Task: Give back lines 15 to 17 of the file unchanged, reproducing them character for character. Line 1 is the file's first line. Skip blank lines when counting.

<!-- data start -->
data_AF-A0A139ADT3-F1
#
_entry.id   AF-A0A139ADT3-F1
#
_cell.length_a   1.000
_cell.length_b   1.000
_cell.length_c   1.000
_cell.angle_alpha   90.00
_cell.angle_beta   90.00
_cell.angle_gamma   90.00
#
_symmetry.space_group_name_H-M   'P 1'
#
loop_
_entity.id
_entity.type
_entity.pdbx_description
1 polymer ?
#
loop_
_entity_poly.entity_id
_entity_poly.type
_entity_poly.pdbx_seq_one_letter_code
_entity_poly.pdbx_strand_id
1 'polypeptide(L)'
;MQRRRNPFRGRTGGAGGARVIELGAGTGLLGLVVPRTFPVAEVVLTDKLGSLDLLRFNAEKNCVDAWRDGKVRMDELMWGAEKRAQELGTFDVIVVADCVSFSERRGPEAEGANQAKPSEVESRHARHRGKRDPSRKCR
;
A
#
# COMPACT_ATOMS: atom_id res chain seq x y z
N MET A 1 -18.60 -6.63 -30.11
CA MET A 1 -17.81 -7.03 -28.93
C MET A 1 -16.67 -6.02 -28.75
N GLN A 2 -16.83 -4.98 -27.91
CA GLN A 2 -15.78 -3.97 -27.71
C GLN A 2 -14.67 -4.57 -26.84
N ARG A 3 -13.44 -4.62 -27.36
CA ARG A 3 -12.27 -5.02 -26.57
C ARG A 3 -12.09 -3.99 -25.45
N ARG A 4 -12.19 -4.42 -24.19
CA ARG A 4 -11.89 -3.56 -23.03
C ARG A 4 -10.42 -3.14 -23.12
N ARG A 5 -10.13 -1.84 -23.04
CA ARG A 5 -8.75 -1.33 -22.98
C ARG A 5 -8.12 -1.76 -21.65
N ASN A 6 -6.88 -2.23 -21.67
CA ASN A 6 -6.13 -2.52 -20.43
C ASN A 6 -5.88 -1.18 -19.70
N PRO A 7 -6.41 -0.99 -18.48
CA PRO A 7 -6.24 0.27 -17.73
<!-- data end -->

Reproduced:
_entity.id
_entity.type
_entity.pdbx_description